In this case i would speculate there is a combination of these sometimes separate abilities/traits.The part of the brain listening to the music, desperately wants to decode it, but doesn’t have the tool [algorithm] to understand the language. Not exactly a loss of input as with the phantom limb, but certainly an input that particular part of the brain can’t recognize as speech, but because its coming in with the song, it is flooding through the “decoder” like too much water that overflows a cup or bucket under a running tap. The input keeps coming, the conscious is telling the brain it is lyric, so we have the equal of a sensory deprivation, despite an overflow of input data. This is a very uncomfortable state and the longer it goes on, perhaps the more uncomfortable we become. The more uncomfortable we are, the more desperate our decoding center will be to find ~any~ pattern at all to relieve the distress! If there is suddenly a string of sound that does sound anything like recognizable,the sudden relief of being able to let some of the “Water” out the “cup/bucket” through the proper output ,and match it up with the music is so great that there is, by this time, a powerful incentive to extend it by intentionally,[albeit subconsciously], distorting the actual input to conform with what we think the sentence should be. Hence if you could ask your 5 year old brain to exactly locate the “chicken soup” line, you might be disappointed to find perhaps only the sounds “chicka…” and perhaps “poop”, with the gap between only rhythmically resembling the rest. Alas your French schooling will possibly be more of a hindrance than a help to ever recovering the secrets ,now lost of the 5 year olds` brain.

    This same circumstance, of “different brain states” [the five year old being a different person in some important ways], i think is possibly a similar state that, {sadly in my view}, deprives many of us of the ability our ancestors had, of being able to “see the fairies”. Part of this, perhaps in an example of poetic resonance, is described by an Irishman in a theory called “the Flynn effect” , but i have typed so much by now that if anyone still is reading, they deserve the mercy of me ending, so i shall.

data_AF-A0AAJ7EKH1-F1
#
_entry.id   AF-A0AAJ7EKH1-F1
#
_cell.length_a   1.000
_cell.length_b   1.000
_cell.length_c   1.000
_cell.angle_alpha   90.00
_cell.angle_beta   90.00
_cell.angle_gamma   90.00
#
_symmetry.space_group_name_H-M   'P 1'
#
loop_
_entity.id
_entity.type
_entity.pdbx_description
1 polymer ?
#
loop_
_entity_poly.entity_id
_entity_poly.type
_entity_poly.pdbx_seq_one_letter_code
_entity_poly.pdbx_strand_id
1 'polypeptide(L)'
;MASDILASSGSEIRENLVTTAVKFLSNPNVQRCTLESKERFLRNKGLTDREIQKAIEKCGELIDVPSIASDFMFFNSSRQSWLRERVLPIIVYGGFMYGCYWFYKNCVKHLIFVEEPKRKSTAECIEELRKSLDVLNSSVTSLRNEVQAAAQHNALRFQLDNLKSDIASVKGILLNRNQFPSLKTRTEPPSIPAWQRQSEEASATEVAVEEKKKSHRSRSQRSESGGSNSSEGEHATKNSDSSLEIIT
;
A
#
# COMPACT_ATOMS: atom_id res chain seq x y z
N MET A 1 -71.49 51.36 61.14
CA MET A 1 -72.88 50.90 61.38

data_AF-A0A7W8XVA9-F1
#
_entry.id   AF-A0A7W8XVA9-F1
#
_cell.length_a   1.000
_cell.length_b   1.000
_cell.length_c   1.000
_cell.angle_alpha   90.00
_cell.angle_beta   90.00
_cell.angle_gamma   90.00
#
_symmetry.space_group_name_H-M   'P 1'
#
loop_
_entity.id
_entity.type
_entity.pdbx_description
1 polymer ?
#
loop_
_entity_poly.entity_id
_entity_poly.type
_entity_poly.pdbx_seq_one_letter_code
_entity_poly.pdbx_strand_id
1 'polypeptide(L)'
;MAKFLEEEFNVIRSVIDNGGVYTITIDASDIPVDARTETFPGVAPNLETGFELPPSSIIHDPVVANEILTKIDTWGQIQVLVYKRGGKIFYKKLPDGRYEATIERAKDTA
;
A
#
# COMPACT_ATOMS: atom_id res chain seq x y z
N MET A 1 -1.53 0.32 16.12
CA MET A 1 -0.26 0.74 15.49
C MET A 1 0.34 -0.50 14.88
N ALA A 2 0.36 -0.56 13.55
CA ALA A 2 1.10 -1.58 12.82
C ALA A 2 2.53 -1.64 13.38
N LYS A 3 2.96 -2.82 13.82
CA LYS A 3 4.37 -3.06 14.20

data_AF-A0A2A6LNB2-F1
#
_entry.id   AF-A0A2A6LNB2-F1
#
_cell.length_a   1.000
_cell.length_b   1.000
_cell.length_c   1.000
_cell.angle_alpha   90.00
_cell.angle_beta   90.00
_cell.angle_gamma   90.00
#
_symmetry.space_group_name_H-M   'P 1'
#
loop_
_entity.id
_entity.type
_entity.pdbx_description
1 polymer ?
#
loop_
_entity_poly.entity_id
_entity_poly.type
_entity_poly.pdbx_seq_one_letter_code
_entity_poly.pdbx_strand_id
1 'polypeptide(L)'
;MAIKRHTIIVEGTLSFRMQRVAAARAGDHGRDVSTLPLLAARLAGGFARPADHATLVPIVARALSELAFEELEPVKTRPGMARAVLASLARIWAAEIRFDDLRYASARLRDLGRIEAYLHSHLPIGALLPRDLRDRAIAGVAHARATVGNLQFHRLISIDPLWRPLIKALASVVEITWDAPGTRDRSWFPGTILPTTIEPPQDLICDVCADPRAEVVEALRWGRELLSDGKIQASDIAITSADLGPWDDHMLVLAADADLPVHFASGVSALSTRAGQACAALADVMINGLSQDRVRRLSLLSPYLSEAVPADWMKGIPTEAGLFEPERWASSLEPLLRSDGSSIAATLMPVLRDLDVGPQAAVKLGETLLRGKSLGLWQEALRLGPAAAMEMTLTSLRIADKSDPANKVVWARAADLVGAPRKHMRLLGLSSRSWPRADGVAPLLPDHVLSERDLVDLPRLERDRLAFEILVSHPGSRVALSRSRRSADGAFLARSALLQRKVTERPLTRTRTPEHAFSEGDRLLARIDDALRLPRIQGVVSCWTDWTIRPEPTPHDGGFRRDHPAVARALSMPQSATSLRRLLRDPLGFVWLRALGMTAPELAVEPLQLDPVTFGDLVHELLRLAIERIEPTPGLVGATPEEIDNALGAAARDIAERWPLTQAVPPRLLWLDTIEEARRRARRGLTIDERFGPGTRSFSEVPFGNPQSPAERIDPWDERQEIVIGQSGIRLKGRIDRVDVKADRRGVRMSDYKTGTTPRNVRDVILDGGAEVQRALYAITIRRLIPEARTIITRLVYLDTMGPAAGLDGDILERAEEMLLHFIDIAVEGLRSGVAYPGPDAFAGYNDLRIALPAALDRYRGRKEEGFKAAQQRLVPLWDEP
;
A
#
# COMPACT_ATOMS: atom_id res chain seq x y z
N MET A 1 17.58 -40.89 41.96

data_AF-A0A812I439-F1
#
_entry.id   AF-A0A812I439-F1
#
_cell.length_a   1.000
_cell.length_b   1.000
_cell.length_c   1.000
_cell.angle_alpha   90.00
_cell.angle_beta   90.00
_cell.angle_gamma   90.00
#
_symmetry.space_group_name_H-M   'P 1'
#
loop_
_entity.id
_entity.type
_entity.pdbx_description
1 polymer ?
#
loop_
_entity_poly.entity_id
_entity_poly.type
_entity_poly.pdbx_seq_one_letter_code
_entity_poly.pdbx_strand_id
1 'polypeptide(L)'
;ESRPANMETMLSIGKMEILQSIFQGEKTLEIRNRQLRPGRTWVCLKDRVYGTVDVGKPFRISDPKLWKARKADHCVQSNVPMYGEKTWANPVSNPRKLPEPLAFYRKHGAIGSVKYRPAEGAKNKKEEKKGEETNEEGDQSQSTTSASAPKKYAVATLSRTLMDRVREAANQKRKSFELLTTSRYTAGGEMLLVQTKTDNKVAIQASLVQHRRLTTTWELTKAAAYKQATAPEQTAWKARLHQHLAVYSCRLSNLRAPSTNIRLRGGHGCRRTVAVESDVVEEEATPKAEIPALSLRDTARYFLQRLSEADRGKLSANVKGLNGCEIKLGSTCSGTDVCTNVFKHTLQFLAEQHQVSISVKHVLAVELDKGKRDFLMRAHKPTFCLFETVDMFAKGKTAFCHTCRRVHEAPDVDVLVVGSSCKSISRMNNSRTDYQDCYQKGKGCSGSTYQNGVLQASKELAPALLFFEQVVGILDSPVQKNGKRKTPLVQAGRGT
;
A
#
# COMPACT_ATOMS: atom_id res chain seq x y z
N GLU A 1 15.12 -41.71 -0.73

may goodness be at you. is mise mehull

    1. Mehull…that’s useful stuff, actually! It also explains why it’s so important, in our concerts, to include at least some songs in English. People like hearing the Irish, but they get restless if they have to listen to TOO much that they can’t understand. Interspersing English songs with the Irish keeps both more interesting.

  8. Hey, Eoin

    We laughed a lot over the “brain words!. Teachers get examples inEnglish from time to time: sometimes the mistakes are so funny we “kill ourselves laughing…” surely the best way to go!

    The song is beautiful matched by the singer and her voice. Thanks.

    Le meas, Paula

  9. I’ve read that the chorus of “Gone the Rainbow,” (or “Johnny’s Gone for a Soldier”) is corrupted Gaelic rather than nonsense words. “Shule, shule, shule-a-roo, / Shule-a-rak-shak, shule-a-ba-ba-coo. / When I saw my Sally Babby Beal, / Come bibble in the boo shy Lorey.” Any thoughts? The verses are in English. Folk group Peter, Paul & Mary recorded the above version.

    1. I wouldn’t call it “corrupted Gaelic,” really. It’s nonsense that that only bears a slight resemblance to the actual Irish in the first phrase (yes, the chorus was originally in Irish).

      Here are the actual Irish lyrics, with a very rough guide to pronunciation and a translation:

      Siúil, siúil, siúil, a rún,
      Siúil go socair agus siúil go ciúin,
      Siúil go dóras agus éalaigh liom,
      Is go dté tú, a mhuirnín, slán.


      Shool, shool, shool, uh roon,
      Shool guh SUK-er, AH-guss shool guh kyoon,
      Shool guh DOH-rus, AH-guss AY-lee lum,
      Iss guh jay too, uh WUR-neen, slahn.

      Which means:

      Walk, walk, walk, my love,
      Walk softly and walk quietly,
      Walk to the door and escape with me,
      And may you, my darling, go safely.

      That whole “a rack-shack” stuff is pure nonsense. I love PP&M, but they don’t do Irish stuff very well at all, I’m afraid (can’t stand their version of Whiskey in the Jar either!)

      1. Thank you! I didn’t like PP&M’s take on “The Rising of the Moon,” either. Found a much prettier piano solo piece to play — in church, no less.